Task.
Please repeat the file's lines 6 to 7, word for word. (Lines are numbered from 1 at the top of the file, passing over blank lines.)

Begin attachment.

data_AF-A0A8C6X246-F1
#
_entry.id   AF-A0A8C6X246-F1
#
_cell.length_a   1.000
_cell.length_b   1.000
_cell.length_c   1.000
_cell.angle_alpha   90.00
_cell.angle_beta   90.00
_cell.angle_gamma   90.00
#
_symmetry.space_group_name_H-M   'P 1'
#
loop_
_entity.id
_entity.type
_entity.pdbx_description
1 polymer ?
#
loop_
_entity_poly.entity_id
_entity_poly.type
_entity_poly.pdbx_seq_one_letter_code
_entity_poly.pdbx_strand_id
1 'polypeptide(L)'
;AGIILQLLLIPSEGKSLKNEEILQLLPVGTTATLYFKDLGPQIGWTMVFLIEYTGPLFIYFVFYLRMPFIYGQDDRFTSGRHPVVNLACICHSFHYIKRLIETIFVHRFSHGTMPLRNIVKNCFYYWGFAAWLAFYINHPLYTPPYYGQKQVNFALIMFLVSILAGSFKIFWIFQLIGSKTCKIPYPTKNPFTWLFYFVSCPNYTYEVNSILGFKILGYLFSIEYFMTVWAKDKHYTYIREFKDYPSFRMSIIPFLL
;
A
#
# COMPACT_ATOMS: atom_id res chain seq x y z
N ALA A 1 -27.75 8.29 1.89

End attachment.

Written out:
_cell.length_b   1.000
_cell.length_c   1.000